Economics Stack Exchange is a question and answer site for professional and academic economists and analysts. Join them; it only takes a minute:

Sign up
Here's how it works:
  1. Anybody can ask a question
  2. Anybody can answer
  3. The best answers are voted up and rise to the top

What would be good textbooks at the graduate level that deal with Labor Economics and Labor-Macro (As in, Equilibrium Unemployment Theory, Shimer Puzzle etc)?

share|improve this question
@Everybody: please post one suggestion per answer so that we can vote on individual books. – Ubiquitous Dec 5 '14 at 7:46

There's also Labor Economics by Pierre Cahuc, Stéphane Carcillo, and André Zylberberg. It's a broader labor econ book, but The "Unemployment and Inequality" fourth of the book covers these topics. I have not seen the second edition, but I expect that they did not alter that part for the worse.

share|improve this answer

To get us started, I will suggest

Pissarides: Equilibirum Unemployment Theory

Which deals with his Search&matching Equilibrium model of Labor Markets, and various extensions.

share|improve this answer

I'm not sure if it's a good book, the author at least is very known in the macro community, but if you want a book on the New-Keynesian perspective on unemployment:

Jordí Galí's He tends to leave many details outside the book. You might like it.

share|improve this answer
The NK perspective on unemployment: Workers are price setters, but also hit by the Calvo fairy. Hence, some of them don't adjust prices, and firms fire them. The contribution to labor markets themselves are rather small, but I guess the popularity of NK models makes this books a reasonable suggestion, perhaps not as the starting reference. – FooBar Dec 5 '14 at 16:53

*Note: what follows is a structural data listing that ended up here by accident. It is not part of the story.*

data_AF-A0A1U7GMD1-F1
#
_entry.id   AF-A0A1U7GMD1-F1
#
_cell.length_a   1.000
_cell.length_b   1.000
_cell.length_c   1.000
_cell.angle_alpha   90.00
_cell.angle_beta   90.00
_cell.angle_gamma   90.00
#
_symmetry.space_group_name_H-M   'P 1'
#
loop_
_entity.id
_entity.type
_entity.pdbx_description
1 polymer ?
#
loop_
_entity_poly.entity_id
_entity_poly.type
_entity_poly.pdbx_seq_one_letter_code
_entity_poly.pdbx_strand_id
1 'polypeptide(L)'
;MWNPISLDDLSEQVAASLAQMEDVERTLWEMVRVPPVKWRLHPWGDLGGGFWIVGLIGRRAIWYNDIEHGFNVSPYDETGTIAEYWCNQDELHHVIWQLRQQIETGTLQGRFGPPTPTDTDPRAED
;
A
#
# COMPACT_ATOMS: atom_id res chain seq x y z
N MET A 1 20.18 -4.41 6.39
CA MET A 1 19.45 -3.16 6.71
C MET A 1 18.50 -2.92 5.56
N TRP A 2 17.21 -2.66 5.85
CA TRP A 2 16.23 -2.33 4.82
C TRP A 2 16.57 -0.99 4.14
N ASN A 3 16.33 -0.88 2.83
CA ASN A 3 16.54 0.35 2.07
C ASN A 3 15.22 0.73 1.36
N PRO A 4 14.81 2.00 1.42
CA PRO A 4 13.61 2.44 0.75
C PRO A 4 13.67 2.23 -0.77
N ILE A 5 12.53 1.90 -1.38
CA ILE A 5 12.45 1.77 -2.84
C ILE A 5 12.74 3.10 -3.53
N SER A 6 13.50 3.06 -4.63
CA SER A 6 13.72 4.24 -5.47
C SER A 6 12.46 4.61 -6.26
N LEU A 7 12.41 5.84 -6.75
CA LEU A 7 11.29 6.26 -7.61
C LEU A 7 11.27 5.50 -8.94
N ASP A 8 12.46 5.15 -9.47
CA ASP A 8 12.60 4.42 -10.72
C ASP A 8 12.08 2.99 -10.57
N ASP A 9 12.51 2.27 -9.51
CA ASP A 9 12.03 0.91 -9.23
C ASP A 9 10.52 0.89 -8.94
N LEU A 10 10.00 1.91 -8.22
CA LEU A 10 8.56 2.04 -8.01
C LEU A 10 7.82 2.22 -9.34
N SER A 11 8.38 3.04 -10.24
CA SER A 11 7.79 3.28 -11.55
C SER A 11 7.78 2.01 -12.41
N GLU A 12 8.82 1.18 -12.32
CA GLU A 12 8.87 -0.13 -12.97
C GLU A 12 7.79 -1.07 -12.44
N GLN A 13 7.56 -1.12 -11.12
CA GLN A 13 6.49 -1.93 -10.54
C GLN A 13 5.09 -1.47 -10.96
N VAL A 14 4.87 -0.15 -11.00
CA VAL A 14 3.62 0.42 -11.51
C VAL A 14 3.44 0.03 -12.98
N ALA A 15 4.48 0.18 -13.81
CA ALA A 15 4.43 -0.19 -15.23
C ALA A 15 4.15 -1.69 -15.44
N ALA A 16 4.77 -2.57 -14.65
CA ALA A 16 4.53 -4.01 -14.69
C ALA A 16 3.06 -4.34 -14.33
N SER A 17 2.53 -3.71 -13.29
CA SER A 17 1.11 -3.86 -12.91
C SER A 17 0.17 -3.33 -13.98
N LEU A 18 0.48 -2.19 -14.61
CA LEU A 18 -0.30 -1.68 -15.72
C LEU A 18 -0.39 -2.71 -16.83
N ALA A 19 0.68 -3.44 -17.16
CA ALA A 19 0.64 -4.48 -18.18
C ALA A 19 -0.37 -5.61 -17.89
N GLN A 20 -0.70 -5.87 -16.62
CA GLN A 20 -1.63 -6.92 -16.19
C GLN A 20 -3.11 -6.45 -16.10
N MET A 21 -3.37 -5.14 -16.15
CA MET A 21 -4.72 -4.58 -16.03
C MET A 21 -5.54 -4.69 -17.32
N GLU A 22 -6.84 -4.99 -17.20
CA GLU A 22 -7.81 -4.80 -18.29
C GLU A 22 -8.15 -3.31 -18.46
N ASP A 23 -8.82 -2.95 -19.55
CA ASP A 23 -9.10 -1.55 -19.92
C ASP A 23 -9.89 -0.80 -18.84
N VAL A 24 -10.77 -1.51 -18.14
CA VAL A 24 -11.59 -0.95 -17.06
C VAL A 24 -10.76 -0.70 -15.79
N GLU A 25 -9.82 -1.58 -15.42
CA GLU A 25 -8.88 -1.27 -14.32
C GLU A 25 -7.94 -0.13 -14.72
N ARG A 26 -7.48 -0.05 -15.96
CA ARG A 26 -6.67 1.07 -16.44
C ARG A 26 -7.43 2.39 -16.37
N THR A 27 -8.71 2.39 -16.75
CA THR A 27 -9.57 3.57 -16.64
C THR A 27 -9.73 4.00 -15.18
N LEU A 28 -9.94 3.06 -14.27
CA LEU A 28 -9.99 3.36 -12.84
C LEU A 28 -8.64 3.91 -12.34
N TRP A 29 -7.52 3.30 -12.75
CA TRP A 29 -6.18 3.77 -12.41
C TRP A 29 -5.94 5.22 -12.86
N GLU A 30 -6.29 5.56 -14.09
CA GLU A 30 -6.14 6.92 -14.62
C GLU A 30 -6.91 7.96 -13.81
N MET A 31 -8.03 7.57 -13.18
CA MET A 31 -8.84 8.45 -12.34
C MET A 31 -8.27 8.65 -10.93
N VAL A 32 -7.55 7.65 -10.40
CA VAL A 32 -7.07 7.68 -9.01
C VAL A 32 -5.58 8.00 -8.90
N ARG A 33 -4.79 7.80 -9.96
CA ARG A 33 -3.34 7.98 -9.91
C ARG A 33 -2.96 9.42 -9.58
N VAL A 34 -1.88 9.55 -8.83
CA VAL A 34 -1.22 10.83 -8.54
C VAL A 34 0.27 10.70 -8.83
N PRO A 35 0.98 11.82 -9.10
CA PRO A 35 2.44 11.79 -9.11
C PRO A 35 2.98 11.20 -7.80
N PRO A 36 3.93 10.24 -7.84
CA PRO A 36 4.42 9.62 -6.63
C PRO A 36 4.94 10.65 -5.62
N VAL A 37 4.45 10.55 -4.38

The OP asked for graduate level expositions on the subject... – An old man in the sea. Dec 5 '14 at 17:01

To add another book,

Shimer: Labor Markets and Business Cycles

deals with the extent of which the RBC model and the Mortensen-Pissarides model can deal with the Shimer puzzle. He goes through many extensions and concludes that rigid wages are an exciting future research avenue.

share|improve this answer

So the following is not a textbook, but it is a long and informative chapter on search-and-matching models from two experts in labor-macro:

Rogerson and Shimer, 2010:

share|improve this answer

Your Answer


By posting your answer, you agree to the privacy policy and terms of service.

Not the answer you're looking for? Browse other questions tagged or ask your own question.